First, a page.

If I could go back in time, I would dope slap my little self and say, Do you know how important these choices are for your life in the future?

Do you know that you will have mini panic attacks at the cash register when someone hands you change after you’ve hit the cashier button, and you will turn red and sweat and almost cry before the customer takes back their change, shaking their head?

Do you know you probably won’t get hired at Walgreens because it took you fifteen minutes to answer one question about change, and you were too busy trying to hide your finger counting under the table?

When you go out to eat with friends, you will try to hide behind your drink as you count out your bill, because you don’t want anyone to see you carrying ones.

You will feel dumb. You will feel unaccomplished. You will think you are a societal failure for needing to use multiplication tricks. You will walk up to the board and feel nauseous, the sweat making the chalk slick, staining your hands. You will stand frozen with fear until it becomes uncomfortable and the teacher says, “Does anyone want to help her?”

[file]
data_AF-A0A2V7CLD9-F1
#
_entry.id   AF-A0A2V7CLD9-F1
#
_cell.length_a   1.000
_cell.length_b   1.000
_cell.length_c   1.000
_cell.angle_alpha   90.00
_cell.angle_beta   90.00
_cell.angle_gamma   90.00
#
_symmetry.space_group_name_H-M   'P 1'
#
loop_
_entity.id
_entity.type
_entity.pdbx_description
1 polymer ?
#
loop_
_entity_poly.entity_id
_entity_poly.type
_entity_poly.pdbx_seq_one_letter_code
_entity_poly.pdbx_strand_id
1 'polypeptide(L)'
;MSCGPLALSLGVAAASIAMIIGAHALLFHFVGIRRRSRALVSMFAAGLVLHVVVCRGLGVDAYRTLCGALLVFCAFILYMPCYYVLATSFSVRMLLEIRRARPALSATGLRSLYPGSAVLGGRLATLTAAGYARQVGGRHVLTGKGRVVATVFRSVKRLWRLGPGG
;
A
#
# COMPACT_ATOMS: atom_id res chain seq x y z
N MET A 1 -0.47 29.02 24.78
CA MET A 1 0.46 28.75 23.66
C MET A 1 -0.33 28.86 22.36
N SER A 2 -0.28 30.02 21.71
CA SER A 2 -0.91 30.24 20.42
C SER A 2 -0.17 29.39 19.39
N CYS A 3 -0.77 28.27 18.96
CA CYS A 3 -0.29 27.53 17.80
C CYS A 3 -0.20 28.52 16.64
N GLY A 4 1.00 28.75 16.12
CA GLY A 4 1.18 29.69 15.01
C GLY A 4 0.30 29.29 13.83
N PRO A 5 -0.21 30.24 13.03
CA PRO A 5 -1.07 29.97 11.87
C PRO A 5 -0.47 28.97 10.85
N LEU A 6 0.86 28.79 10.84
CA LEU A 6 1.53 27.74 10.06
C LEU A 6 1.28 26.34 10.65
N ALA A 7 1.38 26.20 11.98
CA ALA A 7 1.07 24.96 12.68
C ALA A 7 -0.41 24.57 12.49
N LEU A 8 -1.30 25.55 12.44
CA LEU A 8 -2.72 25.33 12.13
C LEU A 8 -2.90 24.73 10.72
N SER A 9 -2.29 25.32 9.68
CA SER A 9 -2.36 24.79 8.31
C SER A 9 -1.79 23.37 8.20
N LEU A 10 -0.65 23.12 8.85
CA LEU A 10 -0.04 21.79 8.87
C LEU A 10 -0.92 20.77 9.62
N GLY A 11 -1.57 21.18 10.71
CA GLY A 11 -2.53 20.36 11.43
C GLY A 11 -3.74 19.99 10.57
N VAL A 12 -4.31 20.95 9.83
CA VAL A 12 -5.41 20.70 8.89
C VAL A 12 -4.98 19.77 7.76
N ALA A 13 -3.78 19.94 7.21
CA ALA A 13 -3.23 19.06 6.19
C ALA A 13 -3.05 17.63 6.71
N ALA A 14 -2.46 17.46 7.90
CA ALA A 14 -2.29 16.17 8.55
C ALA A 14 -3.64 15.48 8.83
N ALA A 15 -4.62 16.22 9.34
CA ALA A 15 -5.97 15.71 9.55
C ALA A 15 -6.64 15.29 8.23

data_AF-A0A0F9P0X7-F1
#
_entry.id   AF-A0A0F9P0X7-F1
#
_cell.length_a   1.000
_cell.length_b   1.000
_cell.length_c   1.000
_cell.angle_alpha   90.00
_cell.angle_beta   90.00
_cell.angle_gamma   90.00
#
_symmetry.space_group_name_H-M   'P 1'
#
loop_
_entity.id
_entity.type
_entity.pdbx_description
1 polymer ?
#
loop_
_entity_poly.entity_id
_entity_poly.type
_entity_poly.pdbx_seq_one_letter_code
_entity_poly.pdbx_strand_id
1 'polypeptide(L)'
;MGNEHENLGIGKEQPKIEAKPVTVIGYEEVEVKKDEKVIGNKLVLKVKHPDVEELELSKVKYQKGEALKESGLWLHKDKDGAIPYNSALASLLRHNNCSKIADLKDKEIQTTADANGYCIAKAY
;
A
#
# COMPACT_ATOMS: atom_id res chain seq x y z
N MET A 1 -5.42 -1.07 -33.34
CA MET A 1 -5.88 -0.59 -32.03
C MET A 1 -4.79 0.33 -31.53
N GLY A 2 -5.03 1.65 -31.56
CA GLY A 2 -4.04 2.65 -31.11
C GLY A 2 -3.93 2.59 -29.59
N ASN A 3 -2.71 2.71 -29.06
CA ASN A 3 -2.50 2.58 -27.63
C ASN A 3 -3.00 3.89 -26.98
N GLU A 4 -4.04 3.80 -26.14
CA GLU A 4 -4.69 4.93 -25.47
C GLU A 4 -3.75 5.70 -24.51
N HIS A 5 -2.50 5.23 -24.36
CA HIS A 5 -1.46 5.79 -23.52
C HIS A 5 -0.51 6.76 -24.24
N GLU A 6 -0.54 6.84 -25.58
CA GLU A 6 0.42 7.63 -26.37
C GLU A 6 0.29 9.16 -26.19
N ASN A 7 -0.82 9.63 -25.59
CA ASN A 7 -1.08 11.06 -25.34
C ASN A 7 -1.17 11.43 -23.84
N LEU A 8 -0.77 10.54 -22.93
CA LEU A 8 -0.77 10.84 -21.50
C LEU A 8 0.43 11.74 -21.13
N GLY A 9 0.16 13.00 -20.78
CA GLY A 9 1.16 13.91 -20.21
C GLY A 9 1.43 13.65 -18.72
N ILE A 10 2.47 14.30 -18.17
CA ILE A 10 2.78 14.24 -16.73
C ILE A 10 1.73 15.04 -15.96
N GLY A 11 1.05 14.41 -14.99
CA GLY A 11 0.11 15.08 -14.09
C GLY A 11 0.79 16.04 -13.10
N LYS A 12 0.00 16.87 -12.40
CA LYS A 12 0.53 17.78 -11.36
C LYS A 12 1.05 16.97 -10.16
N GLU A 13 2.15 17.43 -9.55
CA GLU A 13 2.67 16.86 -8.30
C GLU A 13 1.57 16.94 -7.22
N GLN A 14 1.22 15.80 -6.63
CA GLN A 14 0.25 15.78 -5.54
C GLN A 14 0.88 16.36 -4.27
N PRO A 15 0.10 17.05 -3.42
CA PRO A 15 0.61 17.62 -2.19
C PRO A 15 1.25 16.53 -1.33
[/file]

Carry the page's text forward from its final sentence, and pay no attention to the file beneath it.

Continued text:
But I can’t really blame my little self. The help I needed went way beyond math. I couldn’t concentrate hard enough to understand these concepts, but I had all this energy, so it came out in distracting forms, the worst of which were the constantly running thoughts.

I ate a red Skittle before I ate a green one. Will mom die on the way home from work?

My stomach kind of hurts near the bottom part. Is an organ bleeding? Am I dying? Will blood start dripping from my ears all over my desk until I pass out?

Did I shut off the toaster this morning? I probably didn’t. The whole house will be burned down. Is my dog ok? What about all my toys, and my bed? Where will my parents and I sleep? We’ll have to live in a shelter. But where?

Someone would call my name. Everyone else would be done with their worksheets. Mine was almost always blank.

How did mental illness affect you in school, positively or negatively? Were you misdiagnosed or given the wrong guidance, or did you receive the help you needed? Do the effects of your school experiences with mental illness affect you today? Feel free to comment below, or you can send an email to: